The Symptoms of Different Types of Fish Poisoning

It's impossible to notice if fish are infected from their outward appearance, taste, or smell. Also, you can't destroy the toxins, even by cooking, marinating, or freezing them. So, what are the different types of fish poisoning?
The Symptoms of Different Types of Fish Poisoning
Eliana Delgado Villanueva

Written and verified by the nutritionist Eliana Delgado Villanueva.

Last update: 27 May, 2022

The appearance of vomiting, diarrhea, fever, abdominal pain, and body aches are symptoms that may indicate that you have consumed fish or other food with high levels of toxins. In these cases, the fish or seafood has been contaminated, either by bacteria or toxins.

So, what can you do about fish poisoning?

These conditions can threaten a person’s life if they don’t receive treatment in time, due to dehydration and electrolyte alterations. Children and the elderly are the most susceptible.

Fish poisoning

At certain times of the year, several species of fish and shellfish can contain poisonous biotoxins, which remain even if they are well-cooked. According to the Centers for Disease Control and Prevention (CDC), tourists don’t often recognize this risk, especially those who travel to the tropics and subtropics.

Fish with these toxins don’t look, smell, or taste bad. Cooking, marinating, freezing, or cooking them doesn’t destroy the toxins, and so fish poisoning is inevitable.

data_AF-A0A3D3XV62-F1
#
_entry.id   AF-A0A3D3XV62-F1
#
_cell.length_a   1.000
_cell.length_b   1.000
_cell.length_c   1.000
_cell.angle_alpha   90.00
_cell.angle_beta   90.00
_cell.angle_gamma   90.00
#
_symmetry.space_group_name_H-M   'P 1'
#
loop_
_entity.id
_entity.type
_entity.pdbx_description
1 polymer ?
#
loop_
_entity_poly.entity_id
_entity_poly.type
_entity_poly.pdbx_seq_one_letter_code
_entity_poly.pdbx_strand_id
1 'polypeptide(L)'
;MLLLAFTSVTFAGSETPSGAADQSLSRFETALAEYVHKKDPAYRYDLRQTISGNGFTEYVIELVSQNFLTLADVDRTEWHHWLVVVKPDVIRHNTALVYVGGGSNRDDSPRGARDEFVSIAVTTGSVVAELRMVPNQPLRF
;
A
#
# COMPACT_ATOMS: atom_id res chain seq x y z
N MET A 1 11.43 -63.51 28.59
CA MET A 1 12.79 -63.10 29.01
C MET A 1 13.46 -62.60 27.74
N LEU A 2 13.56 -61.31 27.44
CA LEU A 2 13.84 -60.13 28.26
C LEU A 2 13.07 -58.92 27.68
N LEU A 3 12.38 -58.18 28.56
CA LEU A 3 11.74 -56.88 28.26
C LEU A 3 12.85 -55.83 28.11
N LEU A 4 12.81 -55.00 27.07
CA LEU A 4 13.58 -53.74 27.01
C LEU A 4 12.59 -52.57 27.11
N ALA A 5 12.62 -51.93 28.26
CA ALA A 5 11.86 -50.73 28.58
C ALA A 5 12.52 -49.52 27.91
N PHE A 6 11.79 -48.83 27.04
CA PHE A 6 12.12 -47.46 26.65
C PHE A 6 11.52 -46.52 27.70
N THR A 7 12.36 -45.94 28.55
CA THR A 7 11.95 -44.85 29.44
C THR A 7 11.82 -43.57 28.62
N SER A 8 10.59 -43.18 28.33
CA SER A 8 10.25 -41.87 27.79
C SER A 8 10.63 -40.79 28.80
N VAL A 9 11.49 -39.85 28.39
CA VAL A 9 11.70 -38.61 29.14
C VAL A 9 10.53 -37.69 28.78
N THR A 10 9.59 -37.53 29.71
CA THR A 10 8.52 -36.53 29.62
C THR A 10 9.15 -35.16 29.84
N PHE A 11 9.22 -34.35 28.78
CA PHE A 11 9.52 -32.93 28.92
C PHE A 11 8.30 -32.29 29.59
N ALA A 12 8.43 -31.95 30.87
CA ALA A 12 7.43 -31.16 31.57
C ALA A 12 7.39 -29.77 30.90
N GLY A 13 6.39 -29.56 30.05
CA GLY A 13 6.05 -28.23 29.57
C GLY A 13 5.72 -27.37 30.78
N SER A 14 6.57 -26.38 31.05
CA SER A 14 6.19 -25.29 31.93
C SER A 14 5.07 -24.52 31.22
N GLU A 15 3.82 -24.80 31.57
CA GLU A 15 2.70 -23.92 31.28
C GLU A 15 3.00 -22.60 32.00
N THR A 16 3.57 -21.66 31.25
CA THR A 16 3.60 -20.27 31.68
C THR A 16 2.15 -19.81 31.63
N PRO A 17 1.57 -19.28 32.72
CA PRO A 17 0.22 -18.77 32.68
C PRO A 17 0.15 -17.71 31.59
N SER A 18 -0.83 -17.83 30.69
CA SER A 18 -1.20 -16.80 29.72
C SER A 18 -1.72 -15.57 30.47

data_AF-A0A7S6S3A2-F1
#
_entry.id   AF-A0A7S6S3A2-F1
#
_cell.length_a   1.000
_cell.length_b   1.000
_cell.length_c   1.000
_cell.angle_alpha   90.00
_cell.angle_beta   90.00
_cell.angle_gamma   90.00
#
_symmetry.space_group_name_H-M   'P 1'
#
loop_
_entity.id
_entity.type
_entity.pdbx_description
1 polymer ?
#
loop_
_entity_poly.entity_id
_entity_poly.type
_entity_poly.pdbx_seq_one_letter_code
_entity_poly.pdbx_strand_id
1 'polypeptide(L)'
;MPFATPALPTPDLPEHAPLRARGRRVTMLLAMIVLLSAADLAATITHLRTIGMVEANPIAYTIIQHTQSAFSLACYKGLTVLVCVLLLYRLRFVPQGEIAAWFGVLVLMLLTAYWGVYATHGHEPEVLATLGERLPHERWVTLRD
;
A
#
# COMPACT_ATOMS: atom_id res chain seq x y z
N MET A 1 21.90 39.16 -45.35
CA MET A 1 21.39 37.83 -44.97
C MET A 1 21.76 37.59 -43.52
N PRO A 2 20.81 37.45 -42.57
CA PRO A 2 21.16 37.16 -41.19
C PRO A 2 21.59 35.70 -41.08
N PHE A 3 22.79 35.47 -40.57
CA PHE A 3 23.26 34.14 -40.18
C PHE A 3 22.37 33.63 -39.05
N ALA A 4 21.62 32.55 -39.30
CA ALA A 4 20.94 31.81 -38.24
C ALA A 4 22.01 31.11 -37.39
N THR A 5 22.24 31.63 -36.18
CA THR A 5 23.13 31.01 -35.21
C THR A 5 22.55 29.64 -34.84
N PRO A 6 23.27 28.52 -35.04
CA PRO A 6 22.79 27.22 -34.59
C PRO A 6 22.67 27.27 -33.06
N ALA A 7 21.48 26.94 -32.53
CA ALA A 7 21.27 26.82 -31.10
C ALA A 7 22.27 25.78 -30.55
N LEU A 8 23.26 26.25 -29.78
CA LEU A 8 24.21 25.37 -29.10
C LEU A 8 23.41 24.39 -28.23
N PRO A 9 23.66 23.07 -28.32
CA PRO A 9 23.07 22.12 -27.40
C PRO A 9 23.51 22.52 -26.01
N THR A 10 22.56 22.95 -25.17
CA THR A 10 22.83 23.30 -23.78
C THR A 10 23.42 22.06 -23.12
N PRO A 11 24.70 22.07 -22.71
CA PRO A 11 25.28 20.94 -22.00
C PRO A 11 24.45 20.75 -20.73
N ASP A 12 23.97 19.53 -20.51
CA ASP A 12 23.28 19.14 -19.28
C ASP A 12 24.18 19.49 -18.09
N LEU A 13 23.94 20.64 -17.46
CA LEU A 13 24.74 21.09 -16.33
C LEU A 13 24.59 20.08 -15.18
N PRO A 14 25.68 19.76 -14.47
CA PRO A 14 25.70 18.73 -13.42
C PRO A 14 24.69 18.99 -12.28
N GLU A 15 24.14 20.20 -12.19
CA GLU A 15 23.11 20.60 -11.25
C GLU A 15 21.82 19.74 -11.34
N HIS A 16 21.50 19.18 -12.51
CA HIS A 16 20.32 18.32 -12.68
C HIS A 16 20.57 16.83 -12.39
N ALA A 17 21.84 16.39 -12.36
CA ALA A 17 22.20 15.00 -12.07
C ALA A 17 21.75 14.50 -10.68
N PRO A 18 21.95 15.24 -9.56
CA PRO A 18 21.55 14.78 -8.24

Let’s take a look at some of the different types of fish poisoning.

1. Ciguatera poisoning


Cooked fish.
Many of these biotoxins are produced by animal nature, so there are no warning signs.

Over 400 species of fish, particularly reef fish, are believed to contain the toxin that causes ciguatera poisoning. Reef fish from the tropical and subtropical waters of the West Indies, the Pacific Ocean, and the Indian Ocean pose the greatest threat. Cases have also been reported in the United States, in Hawaii, Guam, Puerto Rico, Virgin Islands, and Florida.

What are the symptoms of ciguatera?

The symptoms of ciguatera poisoning usually appear within minutes to up to six hours after eating the toxic fish. Symptoms include a variety of gastrointestinal, neurological, and cardiovascular reactions.

Symptoms may include the following:

  • Nausea
  • Vomiting
  • Watery diarrhea
  • Headache
  • Numbness and tingling around the mouth and extremities

In more severe cases, the person can suffer from muscle pain, dizziness, and feelings of “reverse temperature” – that is, hot things seem cold and cold things seem hot. They may also experience irregular heart rhythms and low blood pressure. Symptoms usually resolve after several days, but they can last up to four weeks.

Another great article: How to Tell if Fish Has Gone Bad

2. Scombroid poisoning

Scombrotoxin, also known as scombroid poisoning or histamine poisoning, occurs after eating fish containing high levels of histamine. This is due to improper food handling.

These fish, which include dolphins, albacore tuna, yellowfin tuna, chub mackerel, sardine, anchovy, herring, marlin, amberjack, and abalone, have large amounts of histidine. As a result of inadequate preservation, the bacteria convert the histidine into histamine, thus causing intoxication.

What are the symptoms of scombroidism?